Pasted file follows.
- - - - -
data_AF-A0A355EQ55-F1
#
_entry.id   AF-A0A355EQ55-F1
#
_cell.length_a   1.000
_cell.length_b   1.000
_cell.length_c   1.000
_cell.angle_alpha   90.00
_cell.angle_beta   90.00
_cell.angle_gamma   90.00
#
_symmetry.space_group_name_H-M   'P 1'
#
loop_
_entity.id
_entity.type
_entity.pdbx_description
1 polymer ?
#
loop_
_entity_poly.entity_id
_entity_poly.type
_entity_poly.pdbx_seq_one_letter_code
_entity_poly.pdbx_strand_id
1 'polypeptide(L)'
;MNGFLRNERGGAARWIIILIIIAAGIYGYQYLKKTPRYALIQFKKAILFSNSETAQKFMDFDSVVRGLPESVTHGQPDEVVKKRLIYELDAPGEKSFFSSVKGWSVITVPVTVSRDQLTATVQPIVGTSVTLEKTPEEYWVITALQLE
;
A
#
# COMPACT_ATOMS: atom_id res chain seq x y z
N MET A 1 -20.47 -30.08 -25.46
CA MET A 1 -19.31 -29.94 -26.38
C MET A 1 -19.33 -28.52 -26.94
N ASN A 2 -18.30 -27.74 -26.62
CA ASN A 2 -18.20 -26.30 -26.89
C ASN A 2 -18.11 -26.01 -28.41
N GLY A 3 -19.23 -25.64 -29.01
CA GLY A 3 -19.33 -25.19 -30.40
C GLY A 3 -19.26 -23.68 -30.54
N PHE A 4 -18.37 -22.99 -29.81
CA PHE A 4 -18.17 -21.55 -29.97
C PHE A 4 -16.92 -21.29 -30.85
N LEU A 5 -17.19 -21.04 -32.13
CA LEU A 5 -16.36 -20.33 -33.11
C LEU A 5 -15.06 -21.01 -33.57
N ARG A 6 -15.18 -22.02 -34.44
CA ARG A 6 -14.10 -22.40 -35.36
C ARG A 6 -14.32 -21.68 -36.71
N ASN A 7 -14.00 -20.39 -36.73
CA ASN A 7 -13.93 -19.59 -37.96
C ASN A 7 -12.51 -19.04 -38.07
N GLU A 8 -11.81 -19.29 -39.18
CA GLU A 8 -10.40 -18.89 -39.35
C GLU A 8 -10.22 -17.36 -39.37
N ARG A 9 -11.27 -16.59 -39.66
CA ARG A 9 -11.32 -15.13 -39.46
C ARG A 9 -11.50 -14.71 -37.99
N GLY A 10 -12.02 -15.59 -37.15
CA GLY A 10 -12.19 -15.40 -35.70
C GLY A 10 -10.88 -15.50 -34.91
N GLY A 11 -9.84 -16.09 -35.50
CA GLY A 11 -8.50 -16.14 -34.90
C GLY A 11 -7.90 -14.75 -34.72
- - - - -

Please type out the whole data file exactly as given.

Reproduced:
data_AF-A0A355EQ55-F1
#
_entry.id   AF-A0A355EQ55-F1
#
_cell.length_a   1.000
_cell.length_b   1.000
_cell.length_c   1.000
_cell.angle_alpha   90.00
_cell.angle_beta   90.00
_cell.angle_gamma   90.00
#
_symmetry.space_group_name_H-M   'P 1'
#
loop_
_entity.id
_entity.type
_entity.pdbx_description
1 polymer ?
#
loop_
_entity_poly.entity_id
_entity_poly.type
_entity_poly.pdbx_seq_one_letter_code
_entity_poly.pdbx_strand_id
1 'polypeptide(L)'
;MNGFLRNERGGAARWIIILIIIAAGIYGYQYLKKTPRYALIQFKKAILFSNSETAQKFMDFDSVVRGLPESVTHGQPDEVVKKRLIYELDAPGEKSFFSSVKGWSVITVPVTVSRDQLTATVQPIVGTSVTLEKTPEEYWVITALQLE
;
A
#
# COMPACT_ATOMS: atom_id res chain seq x y z
N MET A 1 -20.47 -30.08 -25.46
CA MET A 1 -19.31 -29.94 -26.38
C MET A 1 -19.33 -28.52 -26.94
N ASN A 2 -18.30 -27.74 -26.62
CA ASN A 2 -18.20 -26.30 -26.89
C ASN A 2 -18.11 -26.01 -28.41
N GLY A 3 -19.23 -25.64 -29.01
CA GLY A 3 -19.33 -25.19 -30.40
C GLY A 3 -19.26 -23.68 -30.54
N PHE A 4 -18.37 -22.99 -29.81
CA PHE A 4 -18.17 -21.55 -29.97
C PHE A 4 -16.92 -21.29 -30.85
N LEU A 5 -17.19 -21.04 -32.13
CA LEU A 5 -16.36 -20.33 -33.11
C LEU A 5 -15.06 -21.01 -33.57
N ARG A 6 -15.18 -22.02 -34.44
CA ARG A 6 -14.10 -22.40 -35.36
C ARG A 6 -14.32 -21.68 -36.71
N ASN A 7 -14.00 -20.39 -36.73
CA ASN A 7 -13.93 -19.59 -37.96
C ASN A 7 -12.51 -19.04 -38.07
N GLU A 8 -11.81 -19.29 -39.18
CA GLU A 8 -10.40 -18.89 -39.35
C GLU A 8 -10.22 -17.36 -39.37
N ARG A 9 -11.27 -16.59 -39.66
CA ARG A 9 -11.32 -15.13 -39.46
C ARG A 9 -11.50 -14.71 -37.99
N GLY A 10 -12.02 -15.59 -37.15
CA GLY A 10 -12.19 -15.40 -35.70
C GLY A 10 -10.88 -15.50 -34.91
N GLY A 11 -9.84 -16.09 -35.50
CA GLY A 11 -8.50 -16.14 -34.90
C GLY A 11 -7.90 -14.75 -34.72